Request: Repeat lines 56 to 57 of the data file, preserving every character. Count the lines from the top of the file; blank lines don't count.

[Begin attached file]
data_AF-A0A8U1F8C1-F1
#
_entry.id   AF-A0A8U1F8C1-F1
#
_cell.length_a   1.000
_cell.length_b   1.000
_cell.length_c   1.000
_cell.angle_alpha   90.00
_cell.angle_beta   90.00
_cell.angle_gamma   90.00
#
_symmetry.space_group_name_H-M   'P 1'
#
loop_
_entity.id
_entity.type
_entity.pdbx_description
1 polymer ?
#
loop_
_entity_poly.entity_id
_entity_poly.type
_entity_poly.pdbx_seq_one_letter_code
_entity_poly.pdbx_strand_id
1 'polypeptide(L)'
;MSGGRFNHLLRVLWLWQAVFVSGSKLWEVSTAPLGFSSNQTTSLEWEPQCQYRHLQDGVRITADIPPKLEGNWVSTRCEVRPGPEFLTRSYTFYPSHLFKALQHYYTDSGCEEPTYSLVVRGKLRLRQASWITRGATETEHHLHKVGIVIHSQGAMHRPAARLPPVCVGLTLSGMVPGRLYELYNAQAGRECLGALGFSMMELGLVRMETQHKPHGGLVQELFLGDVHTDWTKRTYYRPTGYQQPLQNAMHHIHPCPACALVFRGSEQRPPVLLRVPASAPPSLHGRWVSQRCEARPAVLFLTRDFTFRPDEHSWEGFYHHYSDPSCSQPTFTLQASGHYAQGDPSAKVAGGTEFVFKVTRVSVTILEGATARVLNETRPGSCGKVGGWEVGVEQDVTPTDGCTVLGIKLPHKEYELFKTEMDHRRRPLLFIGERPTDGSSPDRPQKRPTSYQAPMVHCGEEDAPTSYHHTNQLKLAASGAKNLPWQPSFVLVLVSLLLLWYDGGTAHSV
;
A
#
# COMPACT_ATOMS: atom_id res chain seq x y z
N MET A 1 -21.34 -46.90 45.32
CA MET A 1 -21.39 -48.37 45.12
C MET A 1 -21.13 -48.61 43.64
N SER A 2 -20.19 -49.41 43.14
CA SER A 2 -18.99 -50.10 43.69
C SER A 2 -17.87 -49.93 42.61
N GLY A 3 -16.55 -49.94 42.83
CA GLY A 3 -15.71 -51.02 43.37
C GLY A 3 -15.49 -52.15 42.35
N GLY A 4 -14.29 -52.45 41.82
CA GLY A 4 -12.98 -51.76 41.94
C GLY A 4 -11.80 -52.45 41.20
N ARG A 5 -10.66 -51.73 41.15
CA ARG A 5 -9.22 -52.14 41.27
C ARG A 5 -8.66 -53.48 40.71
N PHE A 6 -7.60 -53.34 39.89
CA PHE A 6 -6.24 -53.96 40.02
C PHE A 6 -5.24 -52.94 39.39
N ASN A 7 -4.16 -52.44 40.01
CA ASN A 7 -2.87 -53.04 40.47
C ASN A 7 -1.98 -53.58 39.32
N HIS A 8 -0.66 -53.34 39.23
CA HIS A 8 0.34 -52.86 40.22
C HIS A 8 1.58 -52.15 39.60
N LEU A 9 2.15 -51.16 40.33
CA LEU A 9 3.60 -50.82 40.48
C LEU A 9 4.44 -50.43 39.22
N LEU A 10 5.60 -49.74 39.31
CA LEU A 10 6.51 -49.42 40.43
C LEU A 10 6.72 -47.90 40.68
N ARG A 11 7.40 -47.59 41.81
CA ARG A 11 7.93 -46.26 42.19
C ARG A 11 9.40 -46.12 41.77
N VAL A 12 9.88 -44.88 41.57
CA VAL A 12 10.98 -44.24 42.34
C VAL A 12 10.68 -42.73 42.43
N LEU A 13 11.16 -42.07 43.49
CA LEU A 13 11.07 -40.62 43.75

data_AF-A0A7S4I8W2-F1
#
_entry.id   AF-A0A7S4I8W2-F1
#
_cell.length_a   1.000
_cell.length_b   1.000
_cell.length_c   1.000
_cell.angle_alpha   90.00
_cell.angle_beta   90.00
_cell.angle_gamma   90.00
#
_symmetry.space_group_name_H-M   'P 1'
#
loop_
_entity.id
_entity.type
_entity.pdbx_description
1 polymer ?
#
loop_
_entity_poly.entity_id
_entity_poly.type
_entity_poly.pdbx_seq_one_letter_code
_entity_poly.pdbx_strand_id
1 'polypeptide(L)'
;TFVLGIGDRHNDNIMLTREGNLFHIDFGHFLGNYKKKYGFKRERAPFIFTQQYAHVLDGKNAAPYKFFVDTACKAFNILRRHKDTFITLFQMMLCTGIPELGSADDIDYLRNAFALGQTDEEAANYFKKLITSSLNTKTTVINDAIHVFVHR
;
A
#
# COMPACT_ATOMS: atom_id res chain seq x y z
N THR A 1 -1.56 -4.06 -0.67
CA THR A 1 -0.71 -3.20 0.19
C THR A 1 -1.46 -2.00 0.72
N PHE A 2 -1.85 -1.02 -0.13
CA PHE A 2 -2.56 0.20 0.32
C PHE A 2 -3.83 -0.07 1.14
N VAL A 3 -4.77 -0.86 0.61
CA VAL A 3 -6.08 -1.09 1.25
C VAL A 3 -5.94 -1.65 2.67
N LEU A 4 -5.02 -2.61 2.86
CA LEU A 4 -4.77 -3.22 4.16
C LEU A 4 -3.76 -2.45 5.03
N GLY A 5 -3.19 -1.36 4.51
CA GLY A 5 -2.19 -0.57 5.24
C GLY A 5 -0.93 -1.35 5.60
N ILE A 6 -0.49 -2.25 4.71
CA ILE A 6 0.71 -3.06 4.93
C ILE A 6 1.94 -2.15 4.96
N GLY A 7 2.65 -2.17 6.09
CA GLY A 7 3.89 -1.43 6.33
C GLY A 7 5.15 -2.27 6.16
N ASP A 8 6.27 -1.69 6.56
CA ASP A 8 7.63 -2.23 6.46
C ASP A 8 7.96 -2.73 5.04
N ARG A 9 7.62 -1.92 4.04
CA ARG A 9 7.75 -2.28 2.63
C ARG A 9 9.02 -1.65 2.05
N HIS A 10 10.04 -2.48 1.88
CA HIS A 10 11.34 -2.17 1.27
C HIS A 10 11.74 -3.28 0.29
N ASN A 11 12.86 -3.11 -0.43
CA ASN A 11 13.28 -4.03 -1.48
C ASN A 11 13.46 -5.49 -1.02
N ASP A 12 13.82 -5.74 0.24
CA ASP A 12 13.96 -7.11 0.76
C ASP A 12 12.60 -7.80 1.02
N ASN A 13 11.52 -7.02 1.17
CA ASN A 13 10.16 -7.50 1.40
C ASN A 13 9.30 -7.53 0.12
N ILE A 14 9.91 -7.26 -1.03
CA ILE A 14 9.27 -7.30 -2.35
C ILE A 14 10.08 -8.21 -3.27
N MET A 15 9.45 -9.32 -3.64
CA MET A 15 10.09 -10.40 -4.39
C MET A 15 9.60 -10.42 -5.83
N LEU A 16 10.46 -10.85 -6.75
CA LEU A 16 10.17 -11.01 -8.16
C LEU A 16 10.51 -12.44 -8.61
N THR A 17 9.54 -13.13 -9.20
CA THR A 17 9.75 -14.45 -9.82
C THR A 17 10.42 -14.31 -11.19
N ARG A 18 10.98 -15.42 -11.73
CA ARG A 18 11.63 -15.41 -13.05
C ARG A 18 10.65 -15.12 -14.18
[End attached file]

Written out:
CA LEU A 9 3.60 -50.82 40.48
C LEU A 9 4.44 -50.43 39.22